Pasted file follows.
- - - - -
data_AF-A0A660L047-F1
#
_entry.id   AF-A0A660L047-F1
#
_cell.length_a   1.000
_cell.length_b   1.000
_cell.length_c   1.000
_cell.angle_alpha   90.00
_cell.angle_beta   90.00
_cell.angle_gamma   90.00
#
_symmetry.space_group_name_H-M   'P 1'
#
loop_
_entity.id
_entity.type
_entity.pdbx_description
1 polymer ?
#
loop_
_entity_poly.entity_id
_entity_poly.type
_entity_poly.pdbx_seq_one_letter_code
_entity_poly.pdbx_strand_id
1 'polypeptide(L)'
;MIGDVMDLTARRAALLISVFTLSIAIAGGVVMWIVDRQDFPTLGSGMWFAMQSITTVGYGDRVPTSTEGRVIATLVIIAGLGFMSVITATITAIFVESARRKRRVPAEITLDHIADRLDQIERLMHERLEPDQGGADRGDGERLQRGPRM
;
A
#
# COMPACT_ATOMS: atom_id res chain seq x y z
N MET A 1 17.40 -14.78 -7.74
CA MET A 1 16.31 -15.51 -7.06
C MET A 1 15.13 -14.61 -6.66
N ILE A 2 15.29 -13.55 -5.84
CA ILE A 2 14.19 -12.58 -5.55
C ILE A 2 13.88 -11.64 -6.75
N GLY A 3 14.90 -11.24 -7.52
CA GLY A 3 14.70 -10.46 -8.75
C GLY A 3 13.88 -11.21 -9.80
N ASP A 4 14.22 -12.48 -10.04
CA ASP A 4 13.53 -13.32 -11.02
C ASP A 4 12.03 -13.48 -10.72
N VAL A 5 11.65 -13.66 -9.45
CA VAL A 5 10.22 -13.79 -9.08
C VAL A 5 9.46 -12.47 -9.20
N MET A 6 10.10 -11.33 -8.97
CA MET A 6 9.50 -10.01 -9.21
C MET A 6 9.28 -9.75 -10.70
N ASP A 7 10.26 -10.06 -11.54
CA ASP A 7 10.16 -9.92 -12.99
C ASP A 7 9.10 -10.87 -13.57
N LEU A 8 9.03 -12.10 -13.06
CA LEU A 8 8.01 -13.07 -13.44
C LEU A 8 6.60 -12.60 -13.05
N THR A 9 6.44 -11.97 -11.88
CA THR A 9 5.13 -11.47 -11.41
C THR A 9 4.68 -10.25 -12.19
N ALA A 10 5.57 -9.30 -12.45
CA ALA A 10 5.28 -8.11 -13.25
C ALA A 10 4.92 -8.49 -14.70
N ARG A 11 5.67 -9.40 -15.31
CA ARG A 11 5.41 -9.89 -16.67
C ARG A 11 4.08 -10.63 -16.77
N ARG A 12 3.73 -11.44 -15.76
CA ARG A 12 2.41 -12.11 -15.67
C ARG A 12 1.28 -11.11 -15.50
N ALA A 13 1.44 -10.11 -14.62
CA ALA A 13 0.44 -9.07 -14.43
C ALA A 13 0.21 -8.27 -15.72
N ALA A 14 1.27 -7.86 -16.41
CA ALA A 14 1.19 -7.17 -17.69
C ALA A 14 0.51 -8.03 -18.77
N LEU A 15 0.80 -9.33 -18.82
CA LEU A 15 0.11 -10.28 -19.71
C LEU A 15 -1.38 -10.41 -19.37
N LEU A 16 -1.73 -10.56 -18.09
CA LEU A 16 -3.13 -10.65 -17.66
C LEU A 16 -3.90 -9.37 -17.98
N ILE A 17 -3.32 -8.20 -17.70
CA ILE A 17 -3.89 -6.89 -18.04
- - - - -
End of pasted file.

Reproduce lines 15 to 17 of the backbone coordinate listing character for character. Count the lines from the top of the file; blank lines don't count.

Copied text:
_entity.id
_entity.type
_entity.pdbx_description